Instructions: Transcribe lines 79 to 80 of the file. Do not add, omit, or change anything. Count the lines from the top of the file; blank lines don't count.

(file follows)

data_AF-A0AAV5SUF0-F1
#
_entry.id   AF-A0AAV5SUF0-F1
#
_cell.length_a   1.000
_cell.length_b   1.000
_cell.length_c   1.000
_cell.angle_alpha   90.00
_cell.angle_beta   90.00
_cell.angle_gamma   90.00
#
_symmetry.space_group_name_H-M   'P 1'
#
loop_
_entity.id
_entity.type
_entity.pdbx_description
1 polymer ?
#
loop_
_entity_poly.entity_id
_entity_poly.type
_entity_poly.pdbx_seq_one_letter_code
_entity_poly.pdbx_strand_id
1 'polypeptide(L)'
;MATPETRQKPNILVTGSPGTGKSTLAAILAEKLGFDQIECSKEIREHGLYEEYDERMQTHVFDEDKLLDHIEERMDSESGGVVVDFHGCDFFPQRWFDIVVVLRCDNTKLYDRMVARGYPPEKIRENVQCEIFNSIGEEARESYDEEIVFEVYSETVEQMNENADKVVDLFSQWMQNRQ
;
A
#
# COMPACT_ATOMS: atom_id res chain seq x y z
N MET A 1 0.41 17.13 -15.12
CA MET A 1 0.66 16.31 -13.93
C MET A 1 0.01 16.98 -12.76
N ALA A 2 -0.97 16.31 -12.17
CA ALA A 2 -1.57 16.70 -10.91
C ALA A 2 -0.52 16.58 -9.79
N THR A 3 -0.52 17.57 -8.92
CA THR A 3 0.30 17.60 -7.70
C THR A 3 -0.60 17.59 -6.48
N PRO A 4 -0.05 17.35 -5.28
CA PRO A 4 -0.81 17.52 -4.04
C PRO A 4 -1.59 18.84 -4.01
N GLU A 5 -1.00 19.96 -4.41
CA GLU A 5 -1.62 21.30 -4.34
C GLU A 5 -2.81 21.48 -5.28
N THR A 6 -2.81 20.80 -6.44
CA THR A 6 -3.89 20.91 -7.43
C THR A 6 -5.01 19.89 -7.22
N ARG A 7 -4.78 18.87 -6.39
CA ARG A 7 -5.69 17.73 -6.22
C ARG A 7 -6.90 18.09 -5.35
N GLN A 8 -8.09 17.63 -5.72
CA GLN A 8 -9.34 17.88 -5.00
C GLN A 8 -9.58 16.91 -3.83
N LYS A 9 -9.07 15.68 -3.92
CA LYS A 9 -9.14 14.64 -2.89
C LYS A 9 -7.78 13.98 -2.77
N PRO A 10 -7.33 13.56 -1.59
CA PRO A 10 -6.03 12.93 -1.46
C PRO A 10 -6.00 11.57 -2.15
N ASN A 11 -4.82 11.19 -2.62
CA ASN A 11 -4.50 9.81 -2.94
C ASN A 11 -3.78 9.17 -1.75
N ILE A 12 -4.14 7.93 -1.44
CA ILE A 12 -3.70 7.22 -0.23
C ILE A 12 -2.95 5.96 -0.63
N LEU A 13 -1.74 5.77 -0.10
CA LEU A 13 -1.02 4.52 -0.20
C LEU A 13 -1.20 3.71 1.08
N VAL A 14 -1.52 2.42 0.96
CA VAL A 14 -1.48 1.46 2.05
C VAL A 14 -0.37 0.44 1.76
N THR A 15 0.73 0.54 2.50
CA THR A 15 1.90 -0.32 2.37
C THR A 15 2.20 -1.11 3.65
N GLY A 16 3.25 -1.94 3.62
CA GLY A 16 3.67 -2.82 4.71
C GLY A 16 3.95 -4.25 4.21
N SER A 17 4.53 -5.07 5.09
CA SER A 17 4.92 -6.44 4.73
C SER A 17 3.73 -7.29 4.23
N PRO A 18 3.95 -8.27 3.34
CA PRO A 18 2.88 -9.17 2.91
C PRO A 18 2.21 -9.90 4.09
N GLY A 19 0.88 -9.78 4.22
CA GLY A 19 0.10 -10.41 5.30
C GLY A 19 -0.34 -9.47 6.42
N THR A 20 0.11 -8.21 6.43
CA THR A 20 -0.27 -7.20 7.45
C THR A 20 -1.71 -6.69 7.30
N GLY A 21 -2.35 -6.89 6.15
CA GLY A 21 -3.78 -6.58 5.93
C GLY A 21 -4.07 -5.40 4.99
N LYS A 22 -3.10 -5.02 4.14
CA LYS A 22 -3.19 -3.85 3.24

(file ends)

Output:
N SER A 17 4.53 -5.07 5.09
CA SER A 17 4.92 -6.44 4.73